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Measures should be introduced to balance water supply and energy security: experts

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Not only playing an important role in the national electricity grid, hydropower plants also contribute to flood prevention and provide water for agriculture, industrial production and daily activities.


Bản Vẽ Hydropower Plant in Nghệ An Province recorded a critically low water level in the summer of 2023. (Photo: Tá Chuyên, VNA/VNS)

While the national water supply is sufficient, experts believe that new measures should be put forward to optimise operations at hydropower plants and regulate flows for daily necessities and energy security, especially amid climate change impacts.

Forecasters warn that water levels at hydroelectric reservoirs will remain low this year, posing challenges to harnessing hydropower during summer.

Vietnam Electricity (EVN) has prepared to balance supply for a nine per cent increase in energy demand compared to 2023.

The company also proposed that the water storing process for the season begin earlier than usual for hydropower plants at river basins in the north. This is to ensure normal water levels in reservoirs.

More supply from thermal power plants has been put into use since the beginning of the year to reserve water for the hot season.

Not only playing an important role in the national electricity grid, hydropower plants also contribute to flood prevention and provide water for agriculture, industrial production and daily activities.

Việt Nam’s total hydropower capacity is 23,595MW according to statistics from 2023.

The flood prevention capacity of reservoirs across the country reaches 15.8 billion cubic metres, of which 15 billion cubic metres are in the north.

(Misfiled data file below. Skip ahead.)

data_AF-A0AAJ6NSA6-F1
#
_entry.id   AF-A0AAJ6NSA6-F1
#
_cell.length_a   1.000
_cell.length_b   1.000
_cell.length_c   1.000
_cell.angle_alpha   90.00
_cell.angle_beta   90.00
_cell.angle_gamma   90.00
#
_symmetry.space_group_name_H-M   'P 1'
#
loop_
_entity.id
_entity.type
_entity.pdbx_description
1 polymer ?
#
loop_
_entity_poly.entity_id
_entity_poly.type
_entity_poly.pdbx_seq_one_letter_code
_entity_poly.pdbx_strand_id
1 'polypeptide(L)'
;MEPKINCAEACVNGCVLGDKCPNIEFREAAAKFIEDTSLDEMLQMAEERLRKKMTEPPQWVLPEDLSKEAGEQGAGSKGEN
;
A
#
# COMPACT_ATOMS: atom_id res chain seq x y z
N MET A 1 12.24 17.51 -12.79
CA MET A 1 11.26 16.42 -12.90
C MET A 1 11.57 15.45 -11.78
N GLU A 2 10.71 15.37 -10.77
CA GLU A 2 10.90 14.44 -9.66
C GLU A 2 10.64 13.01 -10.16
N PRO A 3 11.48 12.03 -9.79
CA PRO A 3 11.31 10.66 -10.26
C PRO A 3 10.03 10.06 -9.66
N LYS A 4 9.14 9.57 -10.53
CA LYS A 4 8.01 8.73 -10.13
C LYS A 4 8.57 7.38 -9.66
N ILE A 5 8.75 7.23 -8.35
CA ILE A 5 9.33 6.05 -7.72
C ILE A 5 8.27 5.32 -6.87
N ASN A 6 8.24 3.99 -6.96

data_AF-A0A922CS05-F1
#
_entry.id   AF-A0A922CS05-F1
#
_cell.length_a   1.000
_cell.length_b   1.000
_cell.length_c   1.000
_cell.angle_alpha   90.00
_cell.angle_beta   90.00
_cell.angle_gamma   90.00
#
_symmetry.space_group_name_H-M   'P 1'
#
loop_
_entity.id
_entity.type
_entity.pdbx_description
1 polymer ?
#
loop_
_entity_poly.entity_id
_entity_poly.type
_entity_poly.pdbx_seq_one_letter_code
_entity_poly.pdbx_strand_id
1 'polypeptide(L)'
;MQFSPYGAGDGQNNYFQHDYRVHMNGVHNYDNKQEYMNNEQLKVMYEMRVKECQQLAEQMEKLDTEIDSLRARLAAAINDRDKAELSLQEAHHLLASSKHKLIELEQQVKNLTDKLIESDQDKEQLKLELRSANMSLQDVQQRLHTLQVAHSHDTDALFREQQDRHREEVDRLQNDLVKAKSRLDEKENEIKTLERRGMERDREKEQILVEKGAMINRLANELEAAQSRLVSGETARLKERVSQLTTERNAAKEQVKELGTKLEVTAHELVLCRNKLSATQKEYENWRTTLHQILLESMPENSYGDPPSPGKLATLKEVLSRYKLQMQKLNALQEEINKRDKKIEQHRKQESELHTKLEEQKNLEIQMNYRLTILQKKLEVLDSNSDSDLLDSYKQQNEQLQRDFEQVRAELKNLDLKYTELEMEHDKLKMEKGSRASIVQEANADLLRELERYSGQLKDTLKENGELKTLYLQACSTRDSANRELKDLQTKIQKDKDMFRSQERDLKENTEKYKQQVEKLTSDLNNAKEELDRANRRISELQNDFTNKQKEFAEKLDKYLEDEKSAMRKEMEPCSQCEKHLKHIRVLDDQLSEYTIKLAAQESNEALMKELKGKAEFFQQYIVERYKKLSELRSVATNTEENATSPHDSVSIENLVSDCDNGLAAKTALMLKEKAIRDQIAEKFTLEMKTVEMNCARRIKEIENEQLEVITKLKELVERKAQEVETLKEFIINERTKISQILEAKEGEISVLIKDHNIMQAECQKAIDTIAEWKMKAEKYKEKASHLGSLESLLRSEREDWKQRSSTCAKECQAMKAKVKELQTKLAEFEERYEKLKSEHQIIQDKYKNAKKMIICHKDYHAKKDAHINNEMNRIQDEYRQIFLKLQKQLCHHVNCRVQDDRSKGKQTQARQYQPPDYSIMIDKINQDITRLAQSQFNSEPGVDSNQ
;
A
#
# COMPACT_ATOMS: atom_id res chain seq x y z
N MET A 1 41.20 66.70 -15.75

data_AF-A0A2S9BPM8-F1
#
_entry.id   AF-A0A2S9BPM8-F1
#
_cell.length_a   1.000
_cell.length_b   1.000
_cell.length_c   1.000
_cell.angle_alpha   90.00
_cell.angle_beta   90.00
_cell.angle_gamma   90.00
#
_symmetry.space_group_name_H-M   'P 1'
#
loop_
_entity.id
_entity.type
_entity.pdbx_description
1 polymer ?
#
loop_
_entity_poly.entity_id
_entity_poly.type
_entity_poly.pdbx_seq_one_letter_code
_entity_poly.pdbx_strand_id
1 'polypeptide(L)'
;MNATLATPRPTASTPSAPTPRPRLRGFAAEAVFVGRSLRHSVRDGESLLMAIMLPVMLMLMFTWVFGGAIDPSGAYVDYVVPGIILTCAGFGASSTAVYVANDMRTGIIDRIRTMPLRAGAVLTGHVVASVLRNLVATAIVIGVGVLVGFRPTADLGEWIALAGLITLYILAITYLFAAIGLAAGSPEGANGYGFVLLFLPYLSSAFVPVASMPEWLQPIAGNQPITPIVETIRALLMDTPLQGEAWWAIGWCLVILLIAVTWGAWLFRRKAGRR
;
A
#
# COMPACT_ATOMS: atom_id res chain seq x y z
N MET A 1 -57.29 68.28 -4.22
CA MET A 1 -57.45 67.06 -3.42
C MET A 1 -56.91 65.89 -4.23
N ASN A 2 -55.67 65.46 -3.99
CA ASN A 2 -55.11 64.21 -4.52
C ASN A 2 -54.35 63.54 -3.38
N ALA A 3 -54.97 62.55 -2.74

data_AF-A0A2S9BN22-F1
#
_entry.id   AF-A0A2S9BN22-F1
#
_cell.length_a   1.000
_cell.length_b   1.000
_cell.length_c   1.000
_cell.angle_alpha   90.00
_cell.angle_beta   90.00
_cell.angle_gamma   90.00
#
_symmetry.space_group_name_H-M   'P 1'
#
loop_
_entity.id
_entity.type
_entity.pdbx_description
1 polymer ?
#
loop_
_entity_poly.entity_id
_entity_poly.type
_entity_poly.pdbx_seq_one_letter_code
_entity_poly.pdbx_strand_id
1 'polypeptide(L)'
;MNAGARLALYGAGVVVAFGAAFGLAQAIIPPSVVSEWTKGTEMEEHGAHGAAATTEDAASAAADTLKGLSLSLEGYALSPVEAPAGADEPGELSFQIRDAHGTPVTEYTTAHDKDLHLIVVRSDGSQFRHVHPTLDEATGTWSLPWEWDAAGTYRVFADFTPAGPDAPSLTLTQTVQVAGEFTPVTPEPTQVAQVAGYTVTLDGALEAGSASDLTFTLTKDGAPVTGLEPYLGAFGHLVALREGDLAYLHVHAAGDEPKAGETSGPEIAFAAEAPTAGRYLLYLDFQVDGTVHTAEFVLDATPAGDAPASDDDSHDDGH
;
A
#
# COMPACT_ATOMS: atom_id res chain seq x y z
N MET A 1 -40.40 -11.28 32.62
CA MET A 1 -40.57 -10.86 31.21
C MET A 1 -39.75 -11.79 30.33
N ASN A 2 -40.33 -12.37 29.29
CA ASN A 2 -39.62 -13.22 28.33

Hydropower also makes up 43.6 per cent of the power supply in the region, which means water shortage will directly affect the regional electricity grid.

According to Dr Nguyễn Huy Hoạch from Việt Nam Energy Association, the limited amount of water in hydroelectric reservoirs at the end of the dry season is the result of increasing climate change impacts. Intense heat also causes spikes in power demands.

A report from the National Load Dispatch Centre revealed that in 2023, the total amount of water stored in reservoirs equalled 12.96 billion kWh, which was 2.1 billion kWh lower than the average water level.

Meanwhile, the supply from thermal power plants is insufficient for stable operations.

Several coal-powered plants in the north are running behind schedule such as Na Dương 2, Nam Định 1, An Khánh-Bắc Giang, Vũng Áng 2, Quảng Trạch 1, Đức Giang and Công Thanh, while the Quỳnh Lập 1 power plant project was cancelled.

According to the Electricity Regulatory Authority of Việt Nam, from March 11 to 17, water flows into hydropower reservoirs are still lower than the yearly average.

Reservoirs in the north reported that water flow is currently between 25 and 96 per cent the average of previous years, while 19 out of 27 reservoirs in the central region recorded lower water levels than usual.

The same situation was reported in southern reservoirs, except for Đồng Nai 2, Hàm Thuận and Đa Nhim.

Hà Đăng Sơn, director of the Centre for Energy and Green Growth Research said that optimal operations of hydropower plants, saving water in the dry season and reducing excessive discharges in the rainy season, ensuring a stable power and water supply is the problem of balancing energy security and water sources.

According to Dr Hoạch from the Vietnam Energy Association, in order to ensure stable operations of hydropower plants, it is necessary to look into solutions for appropriate water distribution and regulation in addition to improving water supply forecasts in the near future.

Advanced technology must also be applied to address water shortage and to respond to the negative impacts of weather phenomena, he added.

There are currently multiple limitations in forecasting rainfall and water flows to the reservoirs due to technical constraints, which lead to challenges in saving water.

In the long run, research is necessary to control water flows and usage in accordance with plans on a seasonal, yearly or multi-year basis.

Monitoring systems should also be upgraded for better updates on hydrological data, water flows in rivers and basins, as well as water usage in upstream structures to balance supply for electricity, production and daily necessities.

(VNS)

 

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